Padraic Kenny. A Carnival of Revolution. Great book. Must read if you want to get below the everyday details into the events on the street. You meet some of the ordinary people that organized street demonstrations or distributed samizdat and made the revolutions possible.

Ed. Vladimir Tismaneanu The Revolutions of 1989 (rewriting histories) and Between Past and Future the Revolutions of 1989 Ten Years Later. Important collections of essays about the causes and meanings of the 1989 revolutions.

Krishan Kumar 1989 Revolutionary Ideas and Ideals. Professor Kumar taught at Central European University in Budapest and this is a collection of his writings from that time. Few facts, more focused on understanding 1989 in a sociological context.

I read a few other books I would not recommend.

1989 was the world’s first real televised revolution. I found a lot of videos of contemporaneous news reports posted on YouTube. New websites with original archival material go up every day. I’m not embarrassed to say Wikipedia is a convenient source to check dates and spellings and things.
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3. Board Game: Test Match [Average Rating:5.89 Overall Rank:7636]
Judit Szepessy
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How long did it take to come up with a version that could be play tested? Is there a particular incident that stands out from that period?

Well, a very long time, in part because of extended periods of inactivity. I had posted the game in the BGG database shortly before I left BGG in 2007, but at that time it was just a concept. Then in 2008 I mentioned the idea to someone in the wargameroom lobby, Petr from the Czech Republic I think it was, whom I don’t see around anymore, and he said it sounded like a neat idea and said I should make the game. So I did.

I remember sitting in my basement playing around and hitting upon the idea of a coup with realignment modifiers, but it took a while before I got the idea to allow 2 attempts on 1 card. The math works really nicely, with a break even on the 3 Ops +1 mod. (3.5 + 3 Ops+1 mod)-6= 1.5 x 2 =3, but with a standard deviation that makes for a good risk/reward calculation for the players. The player with better position can grind by placing SPs, but the person behind can turn things around with good dice, or not. It brings into play a lot of options on events to add or remove SPs to alter modifiers. That was an ah-ha moment that made me think I would have a game. Not that it was inspired, but that it was like a Sherman. It would get the job done.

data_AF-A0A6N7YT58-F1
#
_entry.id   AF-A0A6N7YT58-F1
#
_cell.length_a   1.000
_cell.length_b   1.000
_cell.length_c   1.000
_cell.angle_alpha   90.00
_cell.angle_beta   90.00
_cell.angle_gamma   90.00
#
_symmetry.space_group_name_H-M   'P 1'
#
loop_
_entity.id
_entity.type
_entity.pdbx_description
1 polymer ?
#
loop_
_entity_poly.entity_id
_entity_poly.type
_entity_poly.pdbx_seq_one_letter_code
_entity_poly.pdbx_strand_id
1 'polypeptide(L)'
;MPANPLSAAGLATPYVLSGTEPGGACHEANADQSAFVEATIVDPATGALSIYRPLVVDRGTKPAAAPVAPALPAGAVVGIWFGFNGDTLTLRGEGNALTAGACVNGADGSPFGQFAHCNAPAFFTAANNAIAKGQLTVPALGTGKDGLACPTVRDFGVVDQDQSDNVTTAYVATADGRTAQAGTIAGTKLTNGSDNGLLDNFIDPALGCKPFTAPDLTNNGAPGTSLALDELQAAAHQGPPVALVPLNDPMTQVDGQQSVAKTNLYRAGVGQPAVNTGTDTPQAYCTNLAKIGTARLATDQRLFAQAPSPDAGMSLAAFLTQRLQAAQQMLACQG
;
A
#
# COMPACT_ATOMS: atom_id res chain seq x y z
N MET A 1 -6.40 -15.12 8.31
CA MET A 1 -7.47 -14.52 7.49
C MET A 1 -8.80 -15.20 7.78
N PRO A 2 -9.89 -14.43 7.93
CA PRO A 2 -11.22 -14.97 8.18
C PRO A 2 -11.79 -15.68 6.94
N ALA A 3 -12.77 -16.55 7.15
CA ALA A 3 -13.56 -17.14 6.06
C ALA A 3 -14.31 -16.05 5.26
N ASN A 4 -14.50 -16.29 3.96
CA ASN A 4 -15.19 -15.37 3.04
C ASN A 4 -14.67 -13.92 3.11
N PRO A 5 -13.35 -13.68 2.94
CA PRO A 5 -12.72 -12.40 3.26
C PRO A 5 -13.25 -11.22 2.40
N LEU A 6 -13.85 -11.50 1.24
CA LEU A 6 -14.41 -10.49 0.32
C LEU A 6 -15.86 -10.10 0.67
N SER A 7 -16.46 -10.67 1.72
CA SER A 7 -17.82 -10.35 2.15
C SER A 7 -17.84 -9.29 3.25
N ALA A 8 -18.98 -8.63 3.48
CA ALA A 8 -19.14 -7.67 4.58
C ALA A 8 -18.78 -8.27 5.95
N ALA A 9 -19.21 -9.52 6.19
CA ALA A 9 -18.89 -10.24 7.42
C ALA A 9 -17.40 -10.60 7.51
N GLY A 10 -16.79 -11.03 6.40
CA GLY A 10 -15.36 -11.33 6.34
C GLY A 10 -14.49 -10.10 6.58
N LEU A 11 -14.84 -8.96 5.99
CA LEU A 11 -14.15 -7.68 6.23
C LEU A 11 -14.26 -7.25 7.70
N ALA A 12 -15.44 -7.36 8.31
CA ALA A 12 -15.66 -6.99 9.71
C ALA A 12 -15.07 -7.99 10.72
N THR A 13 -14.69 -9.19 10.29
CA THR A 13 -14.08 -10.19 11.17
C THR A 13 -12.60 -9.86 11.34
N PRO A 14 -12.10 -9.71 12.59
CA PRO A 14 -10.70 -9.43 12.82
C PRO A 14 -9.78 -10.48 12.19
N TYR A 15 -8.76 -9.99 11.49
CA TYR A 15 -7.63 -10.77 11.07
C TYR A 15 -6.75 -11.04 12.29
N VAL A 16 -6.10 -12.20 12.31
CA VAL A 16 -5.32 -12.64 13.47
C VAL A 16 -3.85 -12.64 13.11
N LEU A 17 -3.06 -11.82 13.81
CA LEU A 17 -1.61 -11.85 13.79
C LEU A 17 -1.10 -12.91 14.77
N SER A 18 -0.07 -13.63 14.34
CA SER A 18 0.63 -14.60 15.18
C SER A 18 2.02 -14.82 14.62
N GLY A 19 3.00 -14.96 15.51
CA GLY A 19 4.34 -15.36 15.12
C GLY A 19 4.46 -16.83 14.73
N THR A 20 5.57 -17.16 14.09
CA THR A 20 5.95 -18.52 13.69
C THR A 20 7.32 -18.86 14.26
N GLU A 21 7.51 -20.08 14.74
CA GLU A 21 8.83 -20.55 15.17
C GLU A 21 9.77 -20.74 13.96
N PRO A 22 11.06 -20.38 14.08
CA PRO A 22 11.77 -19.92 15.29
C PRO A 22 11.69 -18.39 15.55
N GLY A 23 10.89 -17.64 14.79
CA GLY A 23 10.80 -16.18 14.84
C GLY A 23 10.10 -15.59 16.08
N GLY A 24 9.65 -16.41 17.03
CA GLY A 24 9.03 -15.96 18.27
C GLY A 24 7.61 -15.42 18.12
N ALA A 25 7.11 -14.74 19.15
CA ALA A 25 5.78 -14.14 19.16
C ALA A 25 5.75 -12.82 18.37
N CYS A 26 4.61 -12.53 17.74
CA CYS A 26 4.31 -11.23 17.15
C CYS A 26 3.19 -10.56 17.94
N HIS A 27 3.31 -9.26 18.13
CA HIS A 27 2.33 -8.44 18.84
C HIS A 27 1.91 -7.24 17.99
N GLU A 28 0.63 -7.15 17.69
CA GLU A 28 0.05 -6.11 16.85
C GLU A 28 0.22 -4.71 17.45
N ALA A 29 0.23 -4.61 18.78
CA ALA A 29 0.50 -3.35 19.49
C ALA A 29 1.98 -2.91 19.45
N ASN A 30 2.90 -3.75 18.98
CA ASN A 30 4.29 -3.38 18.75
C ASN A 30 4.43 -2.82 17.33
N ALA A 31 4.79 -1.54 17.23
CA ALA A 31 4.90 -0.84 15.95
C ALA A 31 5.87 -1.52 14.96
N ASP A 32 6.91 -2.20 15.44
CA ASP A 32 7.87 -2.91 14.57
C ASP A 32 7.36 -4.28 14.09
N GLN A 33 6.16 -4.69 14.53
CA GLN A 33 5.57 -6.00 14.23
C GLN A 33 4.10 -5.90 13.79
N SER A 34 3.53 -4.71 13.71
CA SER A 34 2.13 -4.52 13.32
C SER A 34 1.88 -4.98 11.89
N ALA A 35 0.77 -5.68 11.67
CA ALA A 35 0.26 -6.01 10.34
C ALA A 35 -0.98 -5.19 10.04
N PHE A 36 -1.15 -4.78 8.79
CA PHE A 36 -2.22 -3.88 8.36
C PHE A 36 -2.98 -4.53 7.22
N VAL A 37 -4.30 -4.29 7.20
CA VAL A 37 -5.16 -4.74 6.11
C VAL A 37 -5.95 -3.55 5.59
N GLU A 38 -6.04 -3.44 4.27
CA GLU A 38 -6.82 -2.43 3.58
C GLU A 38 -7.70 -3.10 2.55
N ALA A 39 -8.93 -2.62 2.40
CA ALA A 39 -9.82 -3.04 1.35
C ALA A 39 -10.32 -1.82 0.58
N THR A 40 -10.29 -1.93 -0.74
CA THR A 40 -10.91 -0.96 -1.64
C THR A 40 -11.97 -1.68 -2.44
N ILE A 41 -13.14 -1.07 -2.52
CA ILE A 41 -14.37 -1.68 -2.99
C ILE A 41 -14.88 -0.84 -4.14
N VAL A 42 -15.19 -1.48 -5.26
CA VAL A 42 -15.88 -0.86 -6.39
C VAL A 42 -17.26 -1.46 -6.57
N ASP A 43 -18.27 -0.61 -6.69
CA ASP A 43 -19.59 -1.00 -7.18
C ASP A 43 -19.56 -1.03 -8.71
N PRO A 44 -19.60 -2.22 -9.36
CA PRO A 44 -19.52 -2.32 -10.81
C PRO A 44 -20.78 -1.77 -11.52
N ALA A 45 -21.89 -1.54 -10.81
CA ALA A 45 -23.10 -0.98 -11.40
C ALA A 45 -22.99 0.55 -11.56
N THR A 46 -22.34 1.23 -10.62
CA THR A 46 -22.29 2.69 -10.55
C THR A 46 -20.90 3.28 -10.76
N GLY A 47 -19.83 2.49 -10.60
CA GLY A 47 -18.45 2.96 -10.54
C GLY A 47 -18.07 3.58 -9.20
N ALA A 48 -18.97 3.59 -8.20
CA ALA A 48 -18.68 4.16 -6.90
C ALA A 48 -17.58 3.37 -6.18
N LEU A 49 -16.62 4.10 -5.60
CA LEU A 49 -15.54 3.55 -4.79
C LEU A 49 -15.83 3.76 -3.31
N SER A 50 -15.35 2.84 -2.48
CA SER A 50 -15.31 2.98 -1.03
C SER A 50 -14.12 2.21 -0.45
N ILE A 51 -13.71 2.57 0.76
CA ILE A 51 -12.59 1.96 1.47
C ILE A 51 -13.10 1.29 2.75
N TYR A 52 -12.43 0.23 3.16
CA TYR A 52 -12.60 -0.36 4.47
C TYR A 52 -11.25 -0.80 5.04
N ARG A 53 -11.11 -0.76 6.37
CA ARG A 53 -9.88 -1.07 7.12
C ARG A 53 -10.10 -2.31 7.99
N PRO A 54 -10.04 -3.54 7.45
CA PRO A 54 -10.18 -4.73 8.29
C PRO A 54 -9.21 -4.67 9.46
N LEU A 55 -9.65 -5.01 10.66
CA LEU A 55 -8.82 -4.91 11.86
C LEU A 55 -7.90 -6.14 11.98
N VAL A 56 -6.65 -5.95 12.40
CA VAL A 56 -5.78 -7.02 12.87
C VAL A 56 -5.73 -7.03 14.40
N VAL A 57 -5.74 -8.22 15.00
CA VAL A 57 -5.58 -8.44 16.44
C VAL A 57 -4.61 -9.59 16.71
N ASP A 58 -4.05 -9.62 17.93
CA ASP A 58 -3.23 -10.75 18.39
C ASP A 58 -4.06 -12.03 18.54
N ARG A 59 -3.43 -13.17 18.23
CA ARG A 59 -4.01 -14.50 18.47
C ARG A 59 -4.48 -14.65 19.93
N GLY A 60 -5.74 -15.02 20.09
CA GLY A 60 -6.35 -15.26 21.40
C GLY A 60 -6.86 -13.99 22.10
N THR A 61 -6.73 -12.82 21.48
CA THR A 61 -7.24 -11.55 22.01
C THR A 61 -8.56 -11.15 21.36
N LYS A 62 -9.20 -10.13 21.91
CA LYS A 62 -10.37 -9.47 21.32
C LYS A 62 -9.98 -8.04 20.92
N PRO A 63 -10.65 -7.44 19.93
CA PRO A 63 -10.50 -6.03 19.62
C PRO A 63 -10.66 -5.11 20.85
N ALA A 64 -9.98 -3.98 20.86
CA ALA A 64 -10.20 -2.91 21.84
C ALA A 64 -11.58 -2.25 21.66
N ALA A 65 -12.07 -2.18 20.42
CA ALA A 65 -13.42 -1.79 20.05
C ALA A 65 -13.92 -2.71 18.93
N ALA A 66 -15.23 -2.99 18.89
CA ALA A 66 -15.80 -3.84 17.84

I joined CSW Social and posted some screen shots of an early mock up. The next important thing I remember was an e-mail from Ron Mayer-Opficius that Phalanx Games might be interested in looking at the game. At that time the game was still a long way from playable. I had written a lot of the events by then, and many are the same today as they were then. But the board was a London Tube poster. Ron made a couple simple yet brilliant suggestions. These were bureaucratic societies so the capitals should be the bureaucratic spaces. This really cleaned up the map and the positional element of the socio-economic aspect of the spaces started to take shape. Also, it was his idea to drop Yugoslavia and Albania, neither of which were in the Warsaw Pact. Obvious. Phalanx did not pick up the game but that was still very nice of them to look at it and to chat football with Ron.

The next big step was to ask Bruce Wigdor if he would write a wargameroom program for 1989. I had a ZunTzu module I had made, but that was not enough. When Bruce agreed to make the wargameroom module, that opened the game to playtesting by a very experienced group of Twilight Struggle players.

During this time I made about twenty copies of the game and sold some on BGG. I sold 10 copies to a game store in Japan, my first ever retail sale of a game. Once a person from China came into wargameroom and said he had seen hundreds of copies in a warehouse in China. This was of the print and play version.


cards from the P&P version

Then Jason was in wargameroom one night and I asked him if he would take a look at it. By this time I was hoping to get a publisher. I sent him a copy and he talked to Gene at GMT. They agreed to do the game if Jason would come into the project as a design consultant. He agreed for which I am very grateful. He and Bruce tweaked the battle card system. Just simple changes that added a lot of strategy.

We did two seasons of leagues in wargameroom. The level of play there is extremely competitive. There is no substitute for top players playing in a league competitive environment. Bruce’s program tracked lots of statistics, which Pat Martin (FuryMarx) tracked in a database. Most of the revisions we made were draining VPs from the scoring cards to reduce the number of auto wins to our target, which was about 60%. We know the game will face even tougher testing now, so we will see how it turns out.
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4. Board Game: Revolution! [Average Rating:6.75 Overall Rank:737]
Judit Szepessy